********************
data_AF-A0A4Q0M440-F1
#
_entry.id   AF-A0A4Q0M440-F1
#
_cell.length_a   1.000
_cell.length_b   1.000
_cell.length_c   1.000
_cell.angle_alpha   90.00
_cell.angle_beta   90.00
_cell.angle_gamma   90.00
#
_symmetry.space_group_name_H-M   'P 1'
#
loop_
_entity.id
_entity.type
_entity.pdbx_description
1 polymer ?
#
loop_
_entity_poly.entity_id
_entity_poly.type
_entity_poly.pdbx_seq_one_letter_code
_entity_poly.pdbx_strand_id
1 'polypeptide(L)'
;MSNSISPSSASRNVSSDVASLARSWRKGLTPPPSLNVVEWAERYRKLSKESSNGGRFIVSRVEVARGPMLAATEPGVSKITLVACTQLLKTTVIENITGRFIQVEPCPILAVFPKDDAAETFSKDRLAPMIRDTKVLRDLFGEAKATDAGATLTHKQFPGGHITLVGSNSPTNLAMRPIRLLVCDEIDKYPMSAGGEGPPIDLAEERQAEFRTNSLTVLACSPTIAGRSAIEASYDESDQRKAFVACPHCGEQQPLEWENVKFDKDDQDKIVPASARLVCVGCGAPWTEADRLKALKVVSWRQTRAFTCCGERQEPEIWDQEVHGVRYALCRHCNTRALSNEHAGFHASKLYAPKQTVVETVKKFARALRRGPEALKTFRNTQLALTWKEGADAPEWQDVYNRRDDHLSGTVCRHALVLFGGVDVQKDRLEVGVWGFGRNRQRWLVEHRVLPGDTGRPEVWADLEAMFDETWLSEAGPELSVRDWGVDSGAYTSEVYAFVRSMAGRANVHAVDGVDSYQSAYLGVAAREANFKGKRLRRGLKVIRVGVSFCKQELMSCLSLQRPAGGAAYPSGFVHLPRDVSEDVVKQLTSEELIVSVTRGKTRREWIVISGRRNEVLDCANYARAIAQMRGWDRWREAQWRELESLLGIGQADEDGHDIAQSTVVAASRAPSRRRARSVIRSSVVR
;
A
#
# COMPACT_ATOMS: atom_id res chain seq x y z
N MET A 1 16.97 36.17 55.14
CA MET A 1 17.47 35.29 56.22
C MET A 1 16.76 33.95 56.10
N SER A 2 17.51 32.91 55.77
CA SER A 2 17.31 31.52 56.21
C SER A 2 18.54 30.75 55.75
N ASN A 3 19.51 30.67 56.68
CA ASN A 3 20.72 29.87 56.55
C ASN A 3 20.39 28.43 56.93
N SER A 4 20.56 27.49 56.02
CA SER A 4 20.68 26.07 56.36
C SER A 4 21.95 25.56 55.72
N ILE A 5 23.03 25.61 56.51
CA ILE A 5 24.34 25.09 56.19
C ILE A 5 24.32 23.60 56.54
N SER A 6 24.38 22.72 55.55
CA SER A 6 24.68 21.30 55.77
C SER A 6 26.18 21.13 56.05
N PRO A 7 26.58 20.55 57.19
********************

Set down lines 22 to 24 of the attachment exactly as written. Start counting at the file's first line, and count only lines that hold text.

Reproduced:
_entity_poly.type
_entity_poly.pdbx_seq_one_letter_code
_entity_poly.pdbx_strand_id